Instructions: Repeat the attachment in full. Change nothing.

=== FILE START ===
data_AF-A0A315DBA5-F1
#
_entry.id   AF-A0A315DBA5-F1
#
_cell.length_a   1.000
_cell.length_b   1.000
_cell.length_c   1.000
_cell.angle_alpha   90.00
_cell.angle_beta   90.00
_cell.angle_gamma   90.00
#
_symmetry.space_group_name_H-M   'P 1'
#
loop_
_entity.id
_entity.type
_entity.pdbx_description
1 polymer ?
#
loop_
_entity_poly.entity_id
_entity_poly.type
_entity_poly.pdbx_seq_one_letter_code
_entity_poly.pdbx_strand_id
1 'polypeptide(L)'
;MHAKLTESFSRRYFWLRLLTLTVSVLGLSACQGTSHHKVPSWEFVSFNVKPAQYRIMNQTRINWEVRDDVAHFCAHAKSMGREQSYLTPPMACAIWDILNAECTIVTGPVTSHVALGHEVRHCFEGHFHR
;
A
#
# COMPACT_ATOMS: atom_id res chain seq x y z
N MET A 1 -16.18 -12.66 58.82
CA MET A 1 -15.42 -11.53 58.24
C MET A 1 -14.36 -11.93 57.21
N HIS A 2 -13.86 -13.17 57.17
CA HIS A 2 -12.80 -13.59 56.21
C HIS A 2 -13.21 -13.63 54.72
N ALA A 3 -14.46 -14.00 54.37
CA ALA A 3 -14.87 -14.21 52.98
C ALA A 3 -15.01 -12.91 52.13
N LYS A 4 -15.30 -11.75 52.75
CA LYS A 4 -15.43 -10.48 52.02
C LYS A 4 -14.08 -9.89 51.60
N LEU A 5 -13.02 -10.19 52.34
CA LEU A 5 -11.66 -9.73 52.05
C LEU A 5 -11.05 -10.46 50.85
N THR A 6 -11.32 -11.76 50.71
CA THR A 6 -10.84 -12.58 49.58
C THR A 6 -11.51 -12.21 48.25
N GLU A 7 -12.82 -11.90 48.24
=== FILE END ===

data_AF-A0A315DBA5-F1
#
_entry.id   AF-A0A315DBA5-F1
#
_cell.length_a   1.000
_cell.length_b   1.000
_cell.length_c   1.000
_cell.angle_alpha   90.00
_cell.angle_beta   90.00
_cell.angle_gamma   90.00
#
_symmetry.space_group_name_H-M   'P 1'
#
loop_
_entity.id
_entity.type
_entity.pdbx_description
1 polymer ?
#
loop_
_entity_poly.entity_id
_entity_poly.type
_entity_poly.pdbx_seq_one_letter_code
_entity_poly.pdbx_strand_id
1 'polypeptide(L)'
;MHAKLTESFSRRYFWLRLLTLTVSVLGLSACQGTSHHKVPSWEFVSFNVKPAQYRIMNQTRINWEVRDDVAHFCAHAKSMGREQSYLTPPMACAIWDILNAECTIVTGPVTSHVALGHEVRHCFEGHFHR
;
A
#
# COMPACT_ATOMS: atom_id res chain seq x y z
N MET A 1 -16.18 -12.66 58.82
CA MET A 1 -15.42 -11.53 58.24
C MET A 1 -14.36 -11.93 57.21
N HIS A 2 -13.86 -13.17 57.17
CA HIS A 2 -12.80 -13.59 56.21
C HIS A 2 -13.21 -13.63 54.72
N ALA A 3 -14.46 -14.00 54.37
CA ALA A 3 -14.87 -14.21 52.98
C ALA A 3 -15.01 -12.91 52.13
N LYS A 4 -15.30 -11.75 52.75
CA LYS A 4 -15.43 -10.48 52.02
C LYS A 4 -14.08 -9.89 51.60
N LEU A 5 -13.02 -10.19 52.34
CA LEU A 5 -11.66 -9.73 52.05
C LEU A 5 -11.05 -10.46 50.85
N THR A 6 -11.32 -11.76 50.71
CA THR A 6 -10.84 -12.58 49.58
C THR A 6 -11.51 -12.21 48.25
N GLU A 7 -12.82 -11.90 48.24